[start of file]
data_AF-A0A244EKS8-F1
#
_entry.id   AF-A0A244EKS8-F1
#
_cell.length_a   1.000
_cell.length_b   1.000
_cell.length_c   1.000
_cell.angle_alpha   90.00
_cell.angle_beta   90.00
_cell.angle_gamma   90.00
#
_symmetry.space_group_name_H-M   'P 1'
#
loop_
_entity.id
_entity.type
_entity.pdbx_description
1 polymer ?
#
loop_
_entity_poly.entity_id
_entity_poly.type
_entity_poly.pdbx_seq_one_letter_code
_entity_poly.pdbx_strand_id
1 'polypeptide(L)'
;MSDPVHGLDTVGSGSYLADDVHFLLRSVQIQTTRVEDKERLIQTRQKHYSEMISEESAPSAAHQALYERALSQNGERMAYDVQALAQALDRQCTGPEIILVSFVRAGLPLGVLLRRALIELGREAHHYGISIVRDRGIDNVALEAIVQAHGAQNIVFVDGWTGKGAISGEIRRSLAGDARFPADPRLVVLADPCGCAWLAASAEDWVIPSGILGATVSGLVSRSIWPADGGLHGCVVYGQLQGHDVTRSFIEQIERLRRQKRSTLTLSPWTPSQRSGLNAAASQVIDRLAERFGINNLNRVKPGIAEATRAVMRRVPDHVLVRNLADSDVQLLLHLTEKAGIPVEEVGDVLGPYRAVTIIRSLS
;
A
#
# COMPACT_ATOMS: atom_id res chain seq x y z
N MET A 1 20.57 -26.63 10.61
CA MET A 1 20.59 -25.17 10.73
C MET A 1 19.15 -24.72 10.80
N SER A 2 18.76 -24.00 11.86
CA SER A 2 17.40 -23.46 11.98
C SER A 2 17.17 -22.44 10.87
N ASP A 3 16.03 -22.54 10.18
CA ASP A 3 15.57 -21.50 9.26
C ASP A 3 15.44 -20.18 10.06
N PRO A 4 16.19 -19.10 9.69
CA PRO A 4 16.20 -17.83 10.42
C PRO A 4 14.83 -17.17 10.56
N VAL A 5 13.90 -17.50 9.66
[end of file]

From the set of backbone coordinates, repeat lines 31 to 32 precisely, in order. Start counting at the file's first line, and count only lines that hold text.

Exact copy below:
N MET A 1 20.57 -26.63 10.61
CA MET A 1 20.59 -25.17 10.73